"* * * If the commission finds from the evidence that the public convenience and necessity require the proposed service or any part thereof it may issue the certificate as prayed for, or issue it for the partial exercise only of the privilege sought, and may attach to the exercise of the right granted by such certificate such terms and conditions as in its judgment the public convenience and necessity may require, otherwise such certificate shall be denied. Before granting a certificate to a common motor carrier, the commission shall take into consideration the financial ability of the applicant to properly perform the service sought under the certificate and also the character of the highway over which said common motor carrier proposes to *350 operate and the effect thereon, and upon the traveling public using the same, and also the existing transportation facilities in the territory proposed to be served. If the commission finds that the applicant is financially unable to properly perform the service sought under the certificate, or that the highway over which he proposes to operate is already sufficiently burdened with traffic, or that the granting of the certificate applied for will be detrimental to the best interests of the people of the state of Utah, the commission shall not grant such certificate."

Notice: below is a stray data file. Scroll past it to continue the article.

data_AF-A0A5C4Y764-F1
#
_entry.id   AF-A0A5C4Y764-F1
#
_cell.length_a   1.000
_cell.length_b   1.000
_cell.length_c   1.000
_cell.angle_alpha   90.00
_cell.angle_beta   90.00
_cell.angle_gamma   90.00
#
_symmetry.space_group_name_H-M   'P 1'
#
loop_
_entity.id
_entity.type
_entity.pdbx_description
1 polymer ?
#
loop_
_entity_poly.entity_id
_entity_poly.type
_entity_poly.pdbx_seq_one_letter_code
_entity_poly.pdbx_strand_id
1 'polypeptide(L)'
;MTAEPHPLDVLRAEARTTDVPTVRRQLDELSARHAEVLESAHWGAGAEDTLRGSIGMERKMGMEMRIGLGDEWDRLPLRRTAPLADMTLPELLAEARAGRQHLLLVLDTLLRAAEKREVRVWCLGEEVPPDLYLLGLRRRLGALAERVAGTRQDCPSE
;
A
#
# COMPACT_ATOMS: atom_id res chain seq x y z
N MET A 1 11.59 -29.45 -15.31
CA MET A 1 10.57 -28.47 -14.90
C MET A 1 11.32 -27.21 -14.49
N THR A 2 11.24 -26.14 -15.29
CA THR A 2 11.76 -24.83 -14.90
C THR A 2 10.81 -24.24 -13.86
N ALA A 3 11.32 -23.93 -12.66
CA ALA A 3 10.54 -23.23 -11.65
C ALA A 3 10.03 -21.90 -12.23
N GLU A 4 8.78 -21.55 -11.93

Section 76 5 21, U.C.A. 1943, as amended by Section 3, Chapter 105, Laws of Utah 1945, sets out the elements to be considered by the Commission in determining whether or not a contract carrier permit should be granted to an applicant. That section, as amended, provides in part as follows:

"* * * If, from all the testimony offered at said hearing, the commission shall determine that the highways over which the applicant desires to operate are not unduly burdened; that the granting of the application will not unduly interfere with the traveling public; and that the granting of the application will not be detrimental to the best interests of the people of the state of Utah and/or to the localities to be served, and if the existing transportation facilities do not provide adequate or reasonable service, the commission shall grant such permit."

To comply with the above provisions of the statutes, the Commission's refusal to grant plaintiff's application for common carrier rights must be upheld if the evidence permits a finding that public necessity and convenience do not require the services of two common carriers in that area. In the case of its contract motor carrier application, if the evidence permits a finding that it would be detrimental to the best interest of the people of the area, or that existing transportation facilities provide adequate and reasonable service, the Commission's order denying the application for contract carrier authority must also be affirmed.